Research from anthropology, nutritional science, genetics and even psychology now also shows that our food preferences are partly determined in utero and are mostly established during childhood from cultural preferences within our environment.

The picture is rapidly emerging that genetics play a pretty minor role in determining the specifics of our diet. Our physical and cultural environment mostly determines what we eat.

Humans show remarkable flexibility and adaptability to a wide range of environments and diets, today and in the past.

Evolution didn’t end at the Stone Age

One of the central themes in any palaeolithic diet is to draw on the arguments that our bodies have not evolved much over the past 10,000 years to adapt to agriculture-based foods sources. This is actually quite wrong.

There is now abundant evidence for widespread genetic change that occurred during the Neolithic or with the beginnings of agriculture.

Large-scale genomic studies have found that more than 70% of protein coding gene variants and around 90% of disease causing variants in living people whose ancestors were agriculturalists arose in the past 5,000 years or so.

Textbook examples include genes associated with lactose tolerance, starch digestion, alcohol metabolism, detoxification of plant food compounds and the metabolism of protein and carbohydrates: all mutations associated with a change in diet.

The regular handling of domesticated animals, and crowded living conditions that eventually exposed people to disease-bearing insects and rodents, led to an assault on our immune system.

It has even been suggested that the light hair, eye and skin colour seen in Europeans may have resulted from a diet poor in vitamin D among early farmers, and the need to produce more of it through increased UV light exposure and absorption.

So again, extensive evidence has emerged that humans have evolved significantly since the Stone Age and continue to do so, despite some uninformed commentators still questioning whether evolution in humans has stalled.

A difficult choice

In the end, the choices we make about what to eat should be based on good science, not some fantasy about a lost Stone Age paradise.

In other words, like other areas of preventative medicine, our diet and lifestyle choices should be based on scientific evidence not the latest, and perhaps even harmful, commercial fad.

If there is one clear message from ethnographic studies of recent hunter-gatherers it’s that variation – in lifestyle and diet – was the norm.

There is no single lifestyle or diet that fits all people today or in the past, let alone the genome of our whole species.

Saga of the Hobbit: a decade in the making

First published in October 2014 and by ABC Science.

It’s 10 years since the discovery of Homo floresiensis (aka the “Hobbit”) was announced. The bones – and debate they’ve generated – can tell us a lot about our evolution and the scientists who reconstruct it.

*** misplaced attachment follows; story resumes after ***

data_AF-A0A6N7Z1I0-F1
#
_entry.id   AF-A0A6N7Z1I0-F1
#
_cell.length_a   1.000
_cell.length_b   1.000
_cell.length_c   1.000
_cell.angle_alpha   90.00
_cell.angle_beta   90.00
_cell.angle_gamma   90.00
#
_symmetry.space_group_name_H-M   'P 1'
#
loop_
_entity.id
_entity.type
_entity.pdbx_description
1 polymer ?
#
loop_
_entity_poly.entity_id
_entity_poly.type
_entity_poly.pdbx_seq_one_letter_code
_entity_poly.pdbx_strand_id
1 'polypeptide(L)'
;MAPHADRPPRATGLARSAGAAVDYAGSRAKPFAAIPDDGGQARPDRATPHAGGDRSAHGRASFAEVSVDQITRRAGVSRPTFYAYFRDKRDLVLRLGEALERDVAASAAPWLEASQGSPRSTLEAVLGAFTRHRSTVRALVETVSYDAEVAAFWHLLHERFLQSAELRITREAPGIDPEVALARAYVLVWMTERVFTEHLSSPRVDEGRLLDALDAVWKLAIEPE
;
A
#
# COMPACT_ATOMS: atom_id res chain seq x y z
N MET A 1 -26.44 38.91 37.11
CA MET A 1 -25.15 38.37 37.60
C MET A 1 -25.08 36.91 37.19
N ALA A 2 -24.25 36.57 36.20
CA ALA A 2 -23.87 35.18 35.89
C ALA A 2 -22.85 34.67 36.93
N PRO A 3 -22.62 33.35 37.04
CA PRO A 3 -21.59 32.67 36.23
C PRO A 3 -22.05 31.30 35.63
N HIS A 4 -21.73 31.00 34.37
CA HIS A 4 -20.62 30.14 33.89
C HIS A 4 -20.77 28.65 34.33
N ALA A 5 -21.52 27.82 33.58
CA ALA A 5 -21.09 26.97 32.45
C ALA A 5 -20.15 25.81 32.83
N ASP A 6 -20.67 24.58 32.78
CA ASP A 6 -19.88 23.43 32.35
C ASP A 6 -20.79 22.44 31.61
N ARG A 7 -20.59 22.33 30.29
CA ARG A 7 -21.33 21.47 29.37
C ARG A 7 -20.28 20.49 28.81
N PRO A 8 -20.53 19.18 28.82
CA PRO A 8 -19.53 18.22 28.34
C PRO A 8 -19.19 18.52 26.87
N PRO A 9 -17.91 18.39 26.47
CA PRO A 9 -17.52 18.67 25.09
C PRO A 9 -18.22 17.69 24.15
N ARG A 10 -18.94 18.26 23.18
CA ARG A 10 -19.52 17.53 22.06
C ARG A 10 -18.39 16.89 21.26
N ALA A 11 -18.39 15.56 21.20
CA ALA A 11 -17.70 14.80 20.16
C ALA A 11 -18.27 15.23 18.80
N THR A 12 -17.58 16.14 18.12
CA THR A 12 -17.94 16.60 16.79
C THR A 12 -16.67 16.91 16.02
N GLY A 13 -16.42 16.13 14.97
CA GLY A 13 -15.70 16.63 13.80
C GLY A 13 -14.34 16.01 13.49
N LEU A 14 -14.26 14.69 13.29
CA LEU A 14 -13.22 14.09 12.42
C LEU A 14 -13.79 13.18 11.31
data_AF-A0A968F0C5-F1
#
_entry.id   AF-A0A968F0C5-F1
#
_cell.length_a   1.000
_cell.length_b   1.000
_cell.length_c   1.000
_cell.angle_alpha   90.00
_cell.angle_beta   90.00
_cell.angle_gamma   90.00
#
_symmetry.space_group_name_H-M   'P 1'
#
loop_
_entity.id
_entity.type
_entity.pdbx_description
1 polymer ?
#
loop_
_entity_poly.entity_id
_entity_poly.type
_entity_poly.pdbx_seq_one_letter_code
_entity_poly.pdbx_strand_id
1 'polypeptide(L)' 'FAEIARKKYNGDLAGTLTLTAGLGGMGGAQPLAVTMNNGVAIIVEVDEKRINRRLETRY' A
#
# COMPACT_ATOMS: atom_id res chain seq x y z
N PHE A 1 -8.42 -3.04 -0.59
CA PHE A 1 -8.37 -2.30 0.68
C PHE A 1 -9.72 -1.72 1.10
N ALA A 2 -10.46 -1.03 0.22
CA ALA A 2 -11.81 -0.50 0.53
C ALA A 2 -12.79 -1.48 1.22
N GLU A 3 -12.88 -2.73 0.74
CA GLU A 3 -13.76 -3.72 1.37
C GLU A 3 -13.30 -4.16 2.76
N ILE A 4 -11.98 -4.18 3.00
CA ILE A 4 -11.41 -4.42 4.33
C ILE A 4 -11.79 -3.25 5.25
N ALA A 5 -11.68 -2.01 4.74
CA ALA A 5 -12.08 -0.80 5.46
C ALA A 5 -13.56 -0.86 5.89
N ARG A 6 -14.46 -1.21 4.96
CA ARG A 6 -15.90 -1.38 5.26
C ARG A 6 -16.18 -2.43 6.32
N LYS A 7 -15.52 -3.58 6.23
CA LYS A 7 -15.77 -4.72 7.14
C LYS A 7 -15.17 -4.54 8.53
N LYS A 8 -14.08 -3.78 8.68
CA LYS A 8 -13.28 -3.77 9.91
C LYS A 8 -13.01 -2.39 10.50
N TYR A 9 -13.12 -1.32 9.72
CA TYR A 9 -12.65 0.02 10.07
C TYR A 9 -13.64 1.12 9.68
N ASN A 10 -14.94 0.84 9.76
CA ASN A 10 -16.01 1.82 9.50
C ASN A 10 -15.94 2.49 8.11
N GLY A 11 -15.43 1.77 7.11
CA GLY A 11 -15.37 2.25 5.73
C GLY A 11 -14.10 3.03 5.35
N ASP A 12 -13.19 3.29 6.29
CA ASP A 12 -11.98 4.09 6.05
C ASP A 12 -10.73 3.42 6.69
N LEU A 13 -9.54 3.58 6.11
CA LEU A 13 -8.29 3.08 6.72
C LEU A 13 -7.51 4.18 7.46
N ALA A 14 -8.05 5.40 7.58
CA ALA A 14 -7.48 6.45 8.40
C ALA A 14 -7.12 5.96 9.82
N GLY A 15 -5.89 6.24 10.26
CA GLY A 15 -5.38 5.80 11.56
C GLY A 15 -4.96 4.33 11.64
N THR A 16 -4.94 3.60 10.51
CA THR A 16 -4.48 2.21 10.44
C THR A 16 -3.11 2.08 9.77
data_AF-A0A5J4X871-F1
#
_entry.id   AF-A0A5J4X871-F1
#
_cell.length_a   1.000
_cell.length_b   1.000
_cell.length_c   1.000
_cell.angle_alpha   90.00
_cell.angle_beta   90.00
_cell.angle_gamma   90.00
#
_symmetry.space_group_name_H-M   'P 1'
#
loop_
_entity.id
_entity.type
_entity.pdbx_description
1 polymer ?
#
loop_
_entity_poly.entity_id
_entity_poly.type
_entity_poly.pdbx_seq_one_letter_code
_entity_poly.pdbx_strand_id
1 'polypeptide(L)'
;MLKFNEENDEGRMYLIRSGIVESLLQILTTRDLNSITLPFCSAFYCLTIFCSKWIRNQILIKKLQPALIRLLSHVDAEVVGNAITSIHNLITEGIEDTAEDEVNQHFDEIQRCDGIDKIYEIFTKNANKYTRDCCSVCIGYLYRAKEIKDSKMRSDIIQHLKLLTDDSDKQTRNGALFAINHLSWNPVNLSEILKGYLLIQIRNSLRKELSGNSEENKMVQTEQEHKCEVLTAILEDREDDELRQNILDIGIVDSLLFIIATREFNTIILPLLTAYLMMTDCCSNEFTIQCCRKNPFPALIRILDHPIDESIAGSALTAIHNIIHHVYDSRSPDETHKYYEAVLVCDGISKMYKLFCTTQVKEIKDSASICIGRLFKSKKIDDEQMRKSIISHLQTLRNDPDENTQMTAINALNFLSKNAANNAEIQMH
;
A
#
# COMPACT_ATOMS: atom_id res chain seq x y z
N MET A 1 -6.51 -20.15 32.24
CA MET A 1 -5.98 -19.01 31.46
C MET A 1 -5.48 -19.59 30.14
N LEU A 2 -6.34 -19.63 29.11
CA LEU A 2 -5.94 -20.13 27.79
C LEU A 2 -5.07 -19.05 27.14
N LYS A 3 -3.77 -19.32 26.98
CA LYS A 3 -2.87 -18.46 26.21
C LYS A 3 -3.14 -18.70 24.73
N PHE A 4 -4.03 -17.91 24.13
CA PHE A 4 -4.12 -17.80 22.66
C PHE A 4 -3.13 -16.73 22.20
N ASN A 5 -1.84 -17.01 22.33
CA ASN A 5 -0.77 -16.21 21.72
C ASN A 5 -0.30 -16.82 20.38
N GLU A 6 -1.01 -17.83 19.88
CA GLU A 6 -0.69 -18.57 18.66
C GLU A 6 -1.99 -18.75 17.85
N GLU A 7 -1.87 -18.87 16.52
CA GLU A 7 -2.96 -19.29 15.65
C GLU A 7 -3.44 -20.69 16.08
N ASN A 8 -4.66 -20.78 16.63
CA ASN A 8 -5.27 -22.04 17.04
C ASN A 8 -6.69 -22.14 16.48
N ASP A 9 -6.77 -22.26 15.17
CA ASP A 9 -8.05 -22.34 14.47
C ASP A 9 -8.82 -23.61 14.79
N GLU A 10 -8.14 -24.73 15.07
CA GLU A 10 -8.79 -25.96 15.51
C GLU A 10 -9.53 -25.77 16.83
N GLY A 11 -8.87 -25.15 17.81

I remember the day well: the 28th of October 2004 is firmly embedded in my memory, when the discovery of Homo floresiensis was announced. And, I readily confess that my first reaction was disbelief.

It was a discovery that flew in the face of 150 years of understanding of human evolution.

I quickly rang my former PhD supervisor, and then mentor and close colleague, the late Alan Thorne at the Australian National University in Canberra, and he expounded similar disquiet.

We wondered and discussed whether some kind of disease or combination of diseases could have been responsible for it’s remarkable anatomy: a rather prophetic discussion with hindsight.

An incredible find

The first skeleton, published in 2004, was dubbed LB1 (Liang Bua cave find No. 1) and included a partial skull with most of the teeth in place, several lower limb bones, hand and wrist bones, some bones of the shoulders, ribs, and elements of the hips.

Through a combination of dating techniques on cave sediments it was estimated to be only about 17,000 years old.

LB1 was a two-footed (bipedal) ape, reconstructed to have stood just over a metre tall, and weighing close to 30 kilograms.

Even more striking, its estimated brain volume was among the smallest ever found in the hominin, or human evolutionary, group at just 380 cubic centimetres: although, this estimate has now been revised up slightly.

In many other respects its face, teeth and limb bones combined features seen in Australopithecus from several million years ago in Africa, features seen in Homo erectusfrom hundreds of thousands of years ago in Indonesia, some anatomical traits like living humans, and a host of bizarre features new to science.

The next year, more bones were described in another article in Nature, this time their age being extended from a fossil bearing unit dating from 95,000-74,000 years old right up to another one aged around 12,000 years old.

For many sceptics, this new evidence was important, for no longer was the Hobbit a single, aberrant, and incomplete skeleton, it had become a long lived population. Yet, there was, and still is, only one skull.

These new fossils, especially the second lower jaw and its teeth, as well as a large number of spinal (vertebrae) and limb bones were similarly enigmatic in their anatomy and resembled the LB1 remains when they could be compared.

A slow conversion